Wednesday, 31 December 2014

How to use the word 'NO' in English - All levels


When do we use the word 'no'? Well, not as often as you would think!

For a start it isn't considered polite in English to say 'No' as an answer to a question... you will usually hear locals say.. "Not really" or "I don't think so" or "I'd rather not"or "No thank you."

'No' can be used to compare  "The weather is no better today than it was yesterday."

'Any" or 'No' different
"This place is no different from any other place I've lived... why is it so expensive?"

'No good' or 'No use'
"The film was no good" "This computer is no use. Its so slow!"

Other examples with 'No'

No doubt; "I have no doubt in my mind... you will pass your exams."

No longer; "I no longer feel the need to go out as often as I used to."

No matter who; "No matter who knocks on the door... do not let them in!"

No more;  "No more sweets for you young man! Your teeth will rot!"

No need for; "There is no need for all this fuss, I'll be fine once I've had a good night's sleep."

No problem; "I'll sort it out for you... No problem!"

iFriendly will be touring New Zealand and Australia for the entire month of January 2015.

Saturday, 20 December 2014

English Christmas Food - B2+

Christmas day is just around the corner... 

If you would like to prepare an English dish for this special occasion, look no further!

Here are some of my favourite Christmas recipes;

Jamie Oliver is my favourite chef, I love this man! He has single handily changed British cooking, not just in your own kitchen but also our school food has been revamped as a result, swapping unhealthy cheap food, for good wholesome food at a low cost.

Gordon Ramsey, he's a dude... a little hot tempered, but he's a cool guy and surprisingly short too!
I saw him once, walking down the street in Brighton.
Feast your eyes on his cooking tips for Christmas day... The Pumpkin Soup looks scrumptious!


Mince pies... 'Sorry? Did you say mince? But isn't that meat from a cow?' Nope, mince pies are sweet and delicious!  I hope I will be able to find them in New Zealand, cause there aren't any in this town!

Take a look at this video...

Coming up next... Christmas Vocabulary!

Sunday, 14 December 2014

A cheerful world - All levels

The word 'cheer' is really quite versatile.... 

You may be currently experiencing some Christmas cheer! Meaning that you must be enjoying the holiday season, or the Christmas spirit, etc.

Phrasal verbs with cheer....

Cheer on; to physically encourage someone by clapping, shouting, cheering them on... "I'll be here to cheer you on when the match starts." Cheerleaders do this for a living!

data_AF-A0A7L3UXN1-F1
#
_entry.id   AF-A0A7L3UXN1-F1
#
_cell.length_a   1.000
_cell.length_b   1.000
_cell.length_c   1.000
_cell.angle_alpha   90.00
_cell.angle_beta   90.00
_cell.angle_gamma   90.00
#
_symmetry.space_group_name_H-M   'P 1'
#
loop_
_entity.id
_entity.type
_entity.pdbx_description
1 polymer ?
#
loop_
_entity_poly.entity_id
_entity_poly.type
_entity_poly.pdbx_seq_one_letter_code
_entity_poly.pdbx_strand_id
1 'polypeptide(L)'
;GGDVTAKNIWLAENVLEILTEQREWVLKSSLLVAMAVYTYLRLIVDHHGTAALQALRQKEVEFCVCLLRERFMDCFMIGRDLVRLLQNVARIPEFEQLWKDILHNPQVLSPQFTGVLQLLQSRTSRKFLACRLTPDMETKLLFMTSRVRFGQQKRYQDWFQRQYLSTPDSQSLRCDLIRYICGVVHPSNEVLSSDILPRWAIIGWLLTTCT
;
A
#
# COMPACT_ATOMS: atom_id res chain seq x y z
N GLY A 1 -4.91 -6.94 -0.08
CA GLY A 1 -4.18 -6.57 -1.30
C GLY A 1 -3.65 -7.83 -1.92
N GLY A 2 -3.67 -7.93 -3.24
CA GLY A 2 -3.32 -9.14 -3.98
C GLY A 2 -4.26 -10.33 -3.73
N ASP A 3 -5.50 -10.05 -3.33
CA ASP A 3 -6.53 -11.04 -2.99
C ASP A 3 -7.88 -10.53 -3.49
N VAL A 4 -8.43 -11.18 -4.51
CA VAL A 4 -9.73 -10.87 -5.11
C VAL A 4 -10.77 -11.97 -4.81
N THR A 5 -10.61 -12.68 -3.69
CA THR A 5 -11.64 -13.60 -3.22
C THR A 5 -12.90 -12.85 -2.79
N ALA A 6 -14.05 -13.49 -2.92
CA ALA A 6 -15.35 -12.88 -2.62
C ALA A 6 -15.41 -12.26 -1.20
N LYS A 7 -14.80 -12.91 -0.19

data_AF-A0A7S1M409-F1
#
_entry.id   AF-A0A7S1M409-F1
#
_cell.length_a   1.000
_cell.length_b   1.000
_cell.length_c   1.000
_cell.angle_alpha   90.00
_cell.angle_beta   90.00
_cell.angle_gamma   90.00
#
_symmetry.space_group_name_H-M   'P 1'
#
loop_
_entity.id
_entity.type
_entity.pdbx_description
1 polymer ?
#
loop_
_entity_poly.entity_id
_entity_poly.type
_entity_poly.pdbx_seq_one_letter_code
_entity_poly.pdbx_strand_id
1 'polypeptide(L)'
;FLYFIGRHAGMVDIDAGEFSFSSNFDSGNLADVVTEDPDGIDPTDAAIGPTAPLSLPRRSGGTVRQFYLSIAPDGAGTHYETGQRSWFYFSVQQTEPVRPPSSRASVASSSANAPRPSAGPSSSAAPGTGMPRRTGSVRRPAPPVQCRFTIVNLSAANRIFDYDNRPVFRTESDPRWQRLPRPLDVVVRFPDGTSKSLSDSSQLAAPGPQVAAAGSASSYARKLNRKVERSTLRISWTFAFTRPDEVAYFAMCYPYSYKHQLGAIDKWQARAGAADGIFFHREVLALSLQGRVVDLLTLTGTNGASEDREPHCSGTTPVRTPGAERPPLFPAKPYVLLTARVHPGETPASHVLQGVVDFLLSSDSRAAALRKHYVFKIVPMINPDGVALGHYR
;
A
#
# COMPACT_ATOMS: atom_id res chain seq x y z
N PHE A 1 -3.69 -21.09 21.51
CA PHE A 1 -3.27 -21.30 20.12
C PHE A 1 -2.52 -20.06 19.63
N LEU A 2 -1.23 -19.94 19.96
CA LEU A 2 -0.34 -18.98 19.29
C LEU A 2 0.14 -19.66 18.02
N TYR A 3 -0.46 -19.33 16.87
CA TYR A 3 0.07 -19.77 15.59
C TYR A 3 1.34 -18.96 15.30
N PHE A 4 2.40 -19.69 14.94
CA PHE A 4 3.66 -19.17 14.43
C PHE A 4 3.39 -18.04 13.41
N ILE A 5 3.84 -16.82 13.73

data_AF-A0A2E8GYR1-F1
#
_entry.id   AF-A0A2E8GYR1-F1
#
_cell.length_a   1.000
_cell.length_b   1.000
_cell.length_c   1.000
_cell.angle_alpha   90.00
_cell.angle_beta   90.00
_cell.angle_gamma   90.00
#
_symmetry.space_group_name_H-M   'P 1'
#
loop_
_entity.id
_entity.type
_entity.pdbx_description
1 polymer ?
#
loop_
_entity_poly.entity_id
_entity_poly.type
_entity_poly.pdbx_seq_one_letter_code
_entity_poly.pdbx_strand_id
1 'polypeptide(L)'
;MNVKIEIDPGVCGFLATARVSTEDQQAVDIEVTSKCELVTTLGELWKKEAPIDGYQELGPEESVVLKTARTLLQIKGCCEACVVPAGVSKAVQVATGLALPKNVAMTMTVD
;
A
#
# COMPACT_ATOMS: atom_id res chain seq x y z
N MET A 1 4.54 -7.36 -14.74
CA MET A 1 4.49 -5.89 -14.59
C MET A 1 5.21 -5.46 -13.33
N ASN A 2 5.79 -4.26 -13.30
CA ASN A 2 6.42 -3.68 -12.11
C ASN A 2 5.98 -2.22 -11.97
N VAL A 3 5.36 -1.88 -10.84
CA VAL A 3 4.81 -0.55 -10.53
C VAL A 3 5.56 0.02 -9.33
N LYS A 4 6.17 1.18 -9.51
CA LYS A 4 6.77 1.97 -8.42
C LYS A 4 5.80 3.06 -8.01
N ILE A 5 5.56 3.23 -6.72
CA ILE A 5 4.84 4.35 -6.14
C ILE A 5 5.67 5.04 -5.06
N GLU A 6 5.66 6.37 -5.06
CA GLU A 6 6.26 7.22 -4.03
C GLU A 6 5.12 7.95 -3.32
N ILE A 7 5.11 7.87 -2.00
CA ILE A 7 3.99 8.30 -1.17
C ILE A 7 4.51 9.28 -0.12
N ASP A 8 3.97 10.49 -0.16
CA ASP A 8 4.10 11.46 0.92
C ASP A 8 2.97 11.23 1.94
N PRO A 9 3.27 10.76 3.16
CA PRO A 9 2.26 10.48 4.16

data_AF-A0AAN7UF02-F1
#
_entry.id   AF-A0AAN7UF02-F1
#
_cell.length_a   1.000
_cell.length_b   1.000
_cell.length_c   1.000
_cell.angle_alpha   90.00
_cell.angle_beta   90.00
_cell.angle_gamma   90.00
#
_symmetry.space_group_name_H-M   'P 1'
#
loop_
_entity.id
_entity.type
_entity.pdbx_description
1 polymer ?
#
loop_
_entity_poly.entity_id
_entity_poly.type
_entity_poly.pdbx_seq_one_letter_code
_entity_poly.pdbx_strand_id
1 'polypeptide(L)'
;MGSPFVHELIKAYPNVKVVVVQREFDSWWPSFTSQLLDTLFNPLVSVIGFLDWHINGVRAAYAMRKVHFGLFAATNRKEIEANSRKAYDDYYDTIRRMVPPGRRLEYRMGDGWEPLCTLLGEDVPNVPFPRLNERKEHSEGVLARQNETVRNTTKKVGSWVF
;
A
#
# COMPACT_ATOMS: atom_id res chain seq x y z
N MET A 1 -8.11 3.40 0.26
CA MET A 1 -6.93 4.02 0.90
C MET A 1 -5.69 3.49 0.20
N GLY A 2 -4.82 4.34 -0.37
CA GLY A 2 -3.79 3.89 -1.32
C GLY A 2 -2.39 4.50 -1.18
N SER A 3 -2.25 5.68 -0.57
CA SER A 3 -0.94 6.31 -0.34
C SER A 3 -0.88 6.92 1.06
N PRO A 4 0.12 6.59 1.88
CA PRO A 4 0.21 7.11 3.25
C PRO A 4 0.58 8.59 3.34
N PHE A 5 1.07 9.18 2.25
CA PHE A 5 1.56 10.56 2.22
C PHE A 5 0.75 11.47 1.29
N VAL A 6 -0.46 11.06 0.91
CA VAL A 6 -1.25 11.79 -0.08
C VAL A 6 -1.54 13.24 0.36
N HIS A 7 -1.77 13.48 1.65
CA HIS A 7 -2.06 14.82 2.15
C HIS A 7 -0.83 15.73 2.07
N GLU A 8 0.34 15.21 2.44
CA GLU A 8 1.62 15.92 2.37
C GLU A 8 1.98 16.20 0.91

Cheer up; when someone looks sad, we want them to smile. "Cheer up! It's not the end of the world"

Now, for other forms of cheer

Cheerful; Somebody can be cheerful or happy, or they can sound cheerful.  "Jo, you're always so cheerful these days."

Cheerless; The opposite to cheerful, sad.  "What a cheerless crowd of people."

Homework - B1+

Try and write your own sentences with the above words/ phrasal verbs.

Write them down in the comments section and I will check the sentences for you.

Homework B2 +

Can you find any other forms of cheer? 
Look up some synonyms and try to write some sentences.

Homework C1 +

Exam Tip; Use of English can be tough at this level, why not create a table on excel and list all the nouns you learn and their different forms? i.e Adjectives, adverbs, verbs, etc.

Would you like to improve your listening and speaking skills in English? If so, I am offering online classes... Why don't you try a class? The first one is free! Please contact Lisa

Saturday, 6 December 2014

The puzzling world of idioms -Part 5 C1 +

Expressing anger...

Anger is a powerful emotion, it has the potential to take over your mind and body and transform you into a real life Hulk!
Anger is ugly, it affects you, and others who have had the misfortune to be around when it strikes... Although, from the outside, looking back on all the times I've seen others get angry, it does look rather funny.  And I'm sure if I saw myself have a kind of tantrum, it would look rather silly...

Idioms to express anger

To blow a gasket; This is part of a car engine, which is compressed, the gasket seals in the internal combustion. If the gasket blows then you could probably imagine the size of the explosion!